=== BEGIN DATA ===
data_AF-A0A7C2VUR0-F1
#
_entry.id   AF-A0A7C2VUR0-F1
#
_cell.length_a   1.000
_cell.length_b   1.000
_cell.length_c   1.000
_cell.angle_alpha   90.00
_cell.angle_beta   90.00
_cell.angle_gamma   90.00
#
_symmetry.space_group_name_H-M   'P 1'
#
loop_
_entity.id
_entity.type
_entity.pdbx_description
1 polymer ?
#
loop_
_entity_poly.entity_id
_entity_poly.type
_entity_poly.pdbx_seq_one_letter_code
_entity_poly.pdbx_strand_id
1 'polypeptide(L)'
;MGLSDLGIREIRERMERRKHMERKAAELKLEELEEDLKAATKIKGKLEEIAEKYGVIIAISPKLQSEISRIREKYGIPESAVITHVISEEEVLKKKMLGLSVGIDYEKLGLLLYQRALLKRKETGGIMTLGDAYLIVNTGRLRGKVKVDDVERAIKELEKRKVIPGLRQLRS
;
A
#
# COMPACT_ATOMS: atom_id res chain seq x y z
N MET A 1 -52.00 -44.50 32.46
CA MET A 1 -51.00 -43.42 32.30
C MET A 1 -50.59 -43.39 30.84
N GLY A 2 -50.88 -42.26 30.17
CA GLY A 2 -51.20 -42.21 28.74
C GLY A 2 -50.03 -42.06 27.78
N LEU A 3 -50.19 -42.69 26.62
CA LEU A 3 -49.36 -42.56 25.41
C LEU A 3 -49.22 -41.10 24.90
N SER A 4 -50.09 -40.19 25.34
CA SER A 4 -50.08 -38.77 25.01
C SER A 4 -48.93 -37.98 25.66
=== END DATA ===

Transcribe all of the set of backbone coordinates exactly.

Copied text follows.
data_AF-A0A7C2VUR0-F1
#
_entry.id   AF-A0A7C2VUR0-F1
#
_cell.length_a   1.000
_cell.length_b   1.000
_cell.length_c   1.000
_cell.angle_alpha   90.00
_cell.angle_beta   90.00
_cell.angle_gamma   90.00
#
_symmetry.space_group_name_H-M   'P 1'
#
loop_
_entity.id
_entity.type
_entity.pdbx_description
1 polymer ?
#
loop_
_entity_poly.entity_id
_entity_poly.type
_entity_poly.pdbx_seq_one_letter_code
_entity_poly.pdbx_strand_id
1 'polypeptide(L)'
;MGLSDLGIREIRERMERRKHMERKAAELKLEELEEDLKAATKIKGKLEEIAEKYGVIIAISPKLQSEISRIREKYGIPESAVITHVISEEEVLKKKMLGLSVGIDYEKLGLLLYQRALLKRKETGGIMTLGDAYLIVNTGRLRGKVKVDDVERAIKELEKRKVIPGLRQLRS
;
A
#
# COMPACT_ATOMS: atom_id res chain seq x y z
N MET A 1 -52.00 -44.50 32.46
CA MET A 1 -51.00 -43.42 32.30
C MET A 1 -50.59 -43.39 30.84
N GLY A 2 -50.88 -42.26 30.17
CA GLY A 2 -51.20 -42.21 28.74
C GLY A 2 -50.03 -42.06 27.78
N LEU A 3 -50.19 -42.69 26.62
CA LEU A 3 -49.36 -42.56 25.41
C LEU A 3 -49.22 -41.10 24.90
N SER A 4 -50.09 -40.19 25.34
CA SER A 4 -50.08 -38.77 25.01
C SER A 4 -48.93 -37.98 25.66